Bromus tectorum

Photo courtesy Joseph DiTomaso

Common names: cheatgrass; downy brome

Bromus tectorum (downy brome, cheatgrass) is an annual grass (family Poaceae). It is the dominant grass on sagebrush (Artemisia species) rangelands on the Modoc Plateau in northeastern California and along the eastern Sierra Nevada to Owens Valley. This weed overcrowds native grasslands and croplands. Replacement of native grasses by cheatgrass increases the frequency and extent of wildfires.

Rating: High

Cal-IPC Resources

  • Plant Assessment Form - Information gathered by Cal-IPC on the impacts, rate of spread, and distribution of invasive plants in California. Does not include management information.
  • CalWeedMapper - Statewide maps, climate models, and reports.
  • Cal-IPC News - Our quarterly newsletter. Each issue is available as a pdf.
  • Cal-IPC Symposium Proceedings - Presentations and papers from our annual Symposium.
  • Don't Plant a Pest! - Select your region to find non-invasive alternatives to ornamental species. Also see our statewide brochure on trees.

Other Resources

Symposium Presentations

  • Concilio, A. and M. E. Loik (2011). Effects of changing precipitation patterns on the spread of Bromus tectorum L. in the eastern Sierra Nevada and implications for management. Cal-IPC 2011 Symposium. Tahoe City, CA, California Invasive Plant Council.
  • Del Favero, S. (2011). A predictive model of Bromus tectorum occurrence in Yosemite National Park. Cal-IPC 2011 Symposium. Tahoe City, CA, California Invasive Plant Council.
  • Turner, I. (2010). Mapping flammable invasive weeds in the South Shore area of Lake Tahoe. Cal-IPC 2010 Symposium. Ventura, CA, California Invasive Plant Council.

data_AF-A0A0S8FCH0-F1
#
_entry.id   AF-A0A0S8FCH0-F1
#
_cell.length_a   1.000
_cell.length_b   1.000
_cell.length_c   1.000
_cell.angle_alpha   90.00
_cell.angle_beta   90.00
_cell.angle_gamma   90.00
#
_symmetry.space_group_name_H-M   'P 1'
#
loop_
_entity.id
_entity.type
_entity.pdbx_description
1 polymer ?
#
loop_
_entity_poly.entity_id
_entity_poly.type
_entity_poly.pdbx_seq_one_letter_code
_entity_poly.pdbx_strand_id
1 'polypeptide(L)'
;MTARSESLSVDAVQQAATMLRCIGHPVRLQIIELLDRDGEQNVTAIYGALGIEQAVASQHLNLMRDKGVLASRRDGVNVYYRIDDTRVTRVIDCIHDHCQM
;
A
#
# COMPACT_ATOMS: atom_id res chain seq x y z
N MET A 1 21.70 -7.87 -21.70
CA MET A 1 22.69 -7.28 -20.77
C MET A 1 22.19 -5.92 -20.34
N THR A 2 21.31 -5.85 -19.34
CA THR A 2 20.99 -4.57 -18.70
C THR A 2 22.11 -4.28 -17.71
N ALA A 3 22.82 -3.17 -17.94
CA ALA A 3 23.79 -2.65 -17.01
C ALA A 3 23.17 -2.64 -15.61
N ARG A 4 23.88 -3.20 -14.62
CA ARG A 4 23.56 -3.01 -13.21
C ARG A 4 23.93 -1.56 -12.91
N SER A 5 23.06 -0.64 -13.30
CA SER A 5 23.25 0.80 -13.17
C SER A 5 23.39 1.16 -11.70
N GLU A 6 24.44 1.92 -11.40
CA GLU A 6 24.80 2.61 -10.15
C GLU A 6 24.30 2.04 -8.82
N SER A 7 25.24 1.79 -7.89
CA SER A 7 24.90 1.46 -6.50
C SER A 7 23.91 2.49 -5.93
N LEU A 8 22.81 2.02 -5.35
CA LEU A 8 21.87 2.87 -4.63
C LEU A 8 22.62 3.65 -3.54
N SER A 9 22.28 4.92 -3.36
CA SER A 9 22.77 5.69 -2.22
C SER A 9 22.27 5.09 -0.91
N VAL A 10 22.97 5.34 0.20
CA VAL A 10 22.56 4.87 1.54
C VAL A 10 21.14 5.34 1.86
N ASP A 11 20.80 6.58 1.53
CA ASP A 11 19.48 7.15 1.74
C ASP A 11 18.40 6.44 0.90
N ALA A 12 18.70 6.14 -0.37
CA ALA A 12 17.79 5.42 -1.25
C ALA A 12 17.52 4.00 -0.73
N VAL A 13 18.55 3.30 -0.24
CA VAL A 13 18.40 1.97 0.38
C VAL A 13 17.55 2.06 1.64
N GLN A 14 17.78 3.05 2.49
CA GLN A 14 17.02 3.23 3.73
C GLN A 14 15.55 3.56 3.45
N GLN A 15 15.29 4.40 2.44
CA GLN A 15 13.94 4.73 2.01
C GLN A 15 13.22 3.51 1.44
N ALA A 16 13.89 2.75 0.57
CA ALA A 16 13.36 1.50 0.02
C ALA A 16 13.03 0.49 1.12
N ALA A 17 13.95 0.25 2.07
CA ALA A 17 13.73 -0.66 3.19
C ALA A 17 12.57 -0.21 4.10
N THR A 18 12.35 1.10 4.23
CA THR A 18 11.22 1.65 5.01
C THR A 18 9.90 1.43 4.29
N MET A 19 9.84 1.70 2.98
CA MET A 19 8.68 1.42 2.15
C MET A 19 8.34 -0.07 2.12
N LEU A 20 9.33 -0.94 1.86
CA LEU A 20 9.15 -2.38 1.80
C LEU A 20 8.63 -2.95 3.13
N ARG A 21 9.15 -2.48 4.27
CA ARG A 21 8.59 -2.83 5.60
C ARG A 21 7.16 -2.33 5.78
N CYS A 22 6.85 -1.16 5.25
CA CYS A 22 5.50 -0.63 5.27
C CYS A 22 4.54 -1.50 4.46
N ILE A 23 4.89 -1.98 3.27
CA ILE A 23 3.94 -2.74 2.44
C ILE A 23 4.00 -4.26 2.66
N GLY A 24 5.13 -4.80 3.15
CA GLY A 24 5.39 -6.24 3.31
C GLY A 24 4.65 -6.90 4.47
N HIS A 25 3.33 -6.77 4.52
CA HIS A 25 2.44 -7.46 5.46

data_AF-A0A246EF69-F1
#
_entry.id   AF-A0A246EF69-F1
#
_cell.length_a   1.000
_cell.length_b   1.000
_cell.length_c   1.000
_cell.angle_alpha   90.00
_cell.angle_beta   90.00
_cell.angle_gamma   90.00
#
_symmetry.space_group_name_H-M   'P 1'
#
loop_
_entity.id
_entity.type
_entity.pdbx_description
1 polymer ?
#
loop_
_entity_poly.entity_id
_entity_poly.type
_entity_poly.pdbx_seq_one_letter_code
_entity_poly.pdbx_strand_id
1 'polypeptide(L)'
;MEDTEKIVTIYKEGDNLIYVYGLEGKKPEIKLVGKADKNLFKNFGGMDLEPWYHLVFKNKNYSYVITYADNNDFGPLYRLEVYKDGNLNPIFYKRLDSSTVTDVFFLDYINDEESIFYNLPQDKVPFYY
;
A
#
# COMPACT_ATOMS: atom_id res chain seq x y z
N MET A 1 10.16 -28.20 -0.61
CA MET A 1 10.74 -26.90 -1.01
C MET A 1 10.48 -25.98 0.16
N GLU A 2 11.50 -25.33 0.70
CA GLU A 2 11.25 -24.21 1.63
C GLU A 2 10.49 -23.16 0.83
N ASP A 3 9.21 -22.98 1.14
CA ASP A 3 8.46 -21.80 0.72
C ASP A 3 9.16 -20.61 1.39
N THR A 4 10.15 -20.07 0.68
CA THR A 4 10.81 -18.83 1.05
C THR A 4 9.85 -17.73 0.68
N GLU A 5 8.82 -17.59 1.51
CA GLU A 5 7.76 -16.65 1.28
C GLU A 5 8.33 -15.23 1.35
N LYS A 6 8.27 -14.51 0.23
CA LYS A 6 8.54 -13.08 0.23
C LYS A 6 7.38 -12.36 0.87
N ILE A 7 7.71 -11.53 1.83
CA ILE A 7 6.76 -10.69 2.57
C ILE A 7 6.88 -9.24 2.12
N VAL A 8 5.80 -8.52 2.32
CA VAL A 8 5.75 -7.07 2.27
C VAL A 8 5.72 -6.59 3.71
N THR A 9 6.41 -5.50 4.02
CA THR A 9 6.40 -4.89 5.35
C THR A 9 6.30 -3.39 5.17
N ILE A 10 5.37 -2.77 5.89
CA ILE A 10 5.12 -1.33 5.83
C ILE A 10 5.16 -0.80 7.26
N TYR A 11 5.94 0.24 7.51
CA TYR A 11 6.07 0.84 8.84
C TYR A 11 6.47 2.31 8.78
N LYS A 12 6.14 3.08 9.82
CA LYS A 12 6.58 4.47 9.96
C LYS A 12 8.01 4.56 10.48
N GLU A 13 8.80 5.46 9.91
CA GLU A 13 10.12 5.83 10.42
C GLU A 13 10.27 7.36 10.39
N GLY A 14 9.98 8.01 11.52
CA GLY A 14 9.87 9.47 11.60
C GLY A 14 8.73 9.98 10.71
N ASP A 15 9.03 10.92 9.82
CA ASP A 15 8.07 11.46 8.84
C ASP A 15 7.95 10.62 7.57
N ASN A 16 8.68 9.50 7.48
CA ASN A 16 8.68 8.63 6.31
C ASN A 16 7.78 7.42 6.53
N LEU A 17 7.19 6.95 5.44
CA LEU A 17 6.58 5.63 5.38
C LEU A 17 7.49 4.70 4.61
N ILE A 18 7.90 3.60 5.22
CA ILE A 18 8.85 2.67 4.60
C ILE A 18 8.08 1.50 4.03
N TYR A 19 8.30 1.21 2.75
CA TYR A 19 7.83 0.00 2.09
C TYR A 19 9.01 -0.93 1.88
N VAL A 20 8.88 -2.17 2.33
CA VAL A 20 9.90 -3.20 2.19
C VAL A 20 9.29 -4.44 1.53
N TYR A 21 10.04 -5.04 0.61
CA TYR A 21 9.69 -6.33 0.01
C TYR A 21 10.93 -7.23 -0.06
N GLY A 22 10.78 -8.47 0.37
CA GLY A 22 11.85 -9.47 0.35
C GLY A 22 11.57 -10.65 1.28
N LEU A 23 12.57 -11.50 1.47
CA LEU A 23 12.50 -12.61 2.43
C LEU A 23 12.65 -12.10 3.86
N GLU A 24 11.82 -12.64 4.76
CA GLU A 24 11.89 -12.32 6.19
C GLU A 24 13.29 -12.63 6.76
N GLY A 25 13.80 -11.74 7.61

• Rowe, C. J. and E. Leger (2009). Comparing the competitive ability of Elymus multisetus seedlings collected from invaded and uninvaded habitats. Cal-IPC Symposium 2009. Visalia, CA California Invasive Plant Council.
  • DiTomaso, J. M. (2005). Efficacy and safety of new herbicides on the horizon. California Invasive Plant Council Symposium 2005. Chico, CA.
  • Maher, E. and E. Stanton (2005). Blurring edges: A test of weed control methods used along edges of sage scrub patches to encourage shrub colonization into abandoned agricultural fields. California Invasive Plant Council Symposium 2005. Chico, CA.
  • White, V. A. and J. S. Holt (2001). Emergence and development of Cynara cardunculus: Developing seedling removal strategies for an invasive weed. California Exotic Pest Plant Council Symposium 2001. San Diego, CA.
  • Young, J. A. and R. R. Blank (1995). Cheatgrass and wildfires in the intermountain west. California Exotic Pest Plant Council Symposium '95. J. Lovich, J. Randall and M. Kelly. Pacific Grove, CA.

Cal-IPC News Articles

  • Brooks, M. and K. Berry (1999). Ecology and management of alien annual plants in the California desert. CalEPPC News. 7: 4-6.
  • (1995). Biological control of invasive exotic pest plant species: A report on the importance of maintaining and enhancing our nation's biological control capabilities. CalEPPC News. 3: 6-10.
  • (1994). Exotic pest plants of greatest ecological concern in California September 1994. CalEPPC News. 2: 10.
  • (1993). California Exotic Pest Plant Council draft list exotic plants of greatest concern October 1993. CalEPPC News. 1: 6.